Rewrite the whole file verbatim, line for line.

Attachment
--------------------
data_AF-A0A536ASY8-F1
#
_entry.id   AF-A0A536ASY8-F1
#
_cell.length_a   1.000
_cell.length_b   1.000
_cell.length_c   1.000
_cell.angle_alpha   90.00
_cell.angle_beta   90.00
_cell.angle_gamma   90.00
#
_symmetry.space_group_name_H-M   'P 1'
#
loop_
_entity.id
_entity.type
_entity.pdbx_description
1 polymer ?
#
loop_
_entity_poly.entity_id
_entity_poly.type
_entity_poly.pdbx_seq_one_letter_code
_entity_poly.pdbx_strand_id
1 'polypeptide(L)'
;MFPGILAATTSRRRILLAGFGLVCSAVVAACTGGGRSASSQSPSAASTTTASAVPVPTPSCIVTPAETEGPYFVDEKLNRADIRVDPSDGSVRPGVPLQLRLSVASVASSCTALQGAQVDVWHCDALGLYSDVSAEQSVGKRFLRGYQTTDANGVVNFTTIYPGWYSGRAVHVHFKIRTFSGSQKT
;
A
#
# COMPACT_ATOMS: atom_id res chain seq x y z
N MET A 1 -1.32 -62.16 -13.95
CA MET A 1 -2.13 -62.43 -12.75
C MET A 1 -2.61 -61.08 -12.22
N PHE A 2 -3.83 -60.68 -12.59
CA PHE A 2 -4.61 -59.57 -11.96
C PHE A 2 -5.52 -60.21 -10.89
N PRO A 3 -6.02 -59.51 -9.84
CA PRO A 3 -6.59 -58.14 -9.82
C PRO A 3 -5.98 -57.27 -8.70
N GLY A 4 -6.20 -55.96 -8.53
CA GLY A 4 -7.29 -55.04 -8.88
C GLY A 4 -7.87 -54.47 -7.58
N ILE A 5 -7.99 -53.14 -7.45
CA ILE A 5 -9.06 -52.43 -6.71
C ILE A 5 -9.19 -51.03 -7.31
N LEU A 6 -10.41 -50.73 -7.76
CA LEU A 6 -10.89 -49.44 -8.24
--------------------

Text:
data_AF-A0A536ASY8-F1
#
_entry.id   AF-A0A536ASY8-F1
#
_cell.length_a   1.000
_cell.length_b   1.000
_cell.length_c   1.000
_cell.angle_alpha   90.00
_cell.angle_beta   90.00
_cell.angle_gamma   90.00
#
_symmetry.space_group_name_H-M   'P 1'
#
loop_
_entity.id
_entity.type
_entity.pdbx_description
1 polymer ?
#
loop_
_entity_poly.entity_id
_entity_poly.type
_entity_poly.pdbx_seq_one_letter_code
_entity_poly.pdbx_strand_id
1 'polypeptide(L)'
;MFPGILAATTSRRRILLAGFGLVCSAVVAACTGGGRSASSQSPSAASTTTASAVPVPTPSCIVTPAETEGPYFVDEKLNRADIRVDPSDGSVRPGVPLQLRLSVASVASSCTALQGAQVDVWHCDALGLYSDVSAEQSVGKRFLRGYQTTDANGVVNFTTIYPGWYSGRAVHVHFKIRTFSGSQKT
;
A
#
# COMPACT_ATOMS: atom_id res chain seq x y z
N MET A 1 -1.32 -62.16 -13.95
CA MET A 1 -2.13 -62.43 -12.75
C MET A 1 -2.61 -61.08 -12.22
N PHE A 2 -3.83 -60.68 -12.59
CA PHE A 2 -4.61 -59.57 -11.96
C PHE A 2 -5.52 -60.21 -10.89
N PRO A 3 -6.02 -59.51 -9.84
CA PRO A 3 -6.59 -58.14 -9.82
C PRO A 3 -5.98 -57.27 -8.70
N GLY A 4 -6.20 -55.96 -8.53
CA GLY A 4 -7.29 -55.04 -8.88
C GLY A 4 -7.87 -54.47 -7.58
N ILE A 5 -7.99 -53.14 -7.45
CA ILE A 5 -9.06 -52.43 -6.71
C ILE A 5 -9.19 -51.03 -7.31
N LEU A 6 -10.41 -50.73 -7.76
CA LEU A 6 -10.89 -49.44 -8.24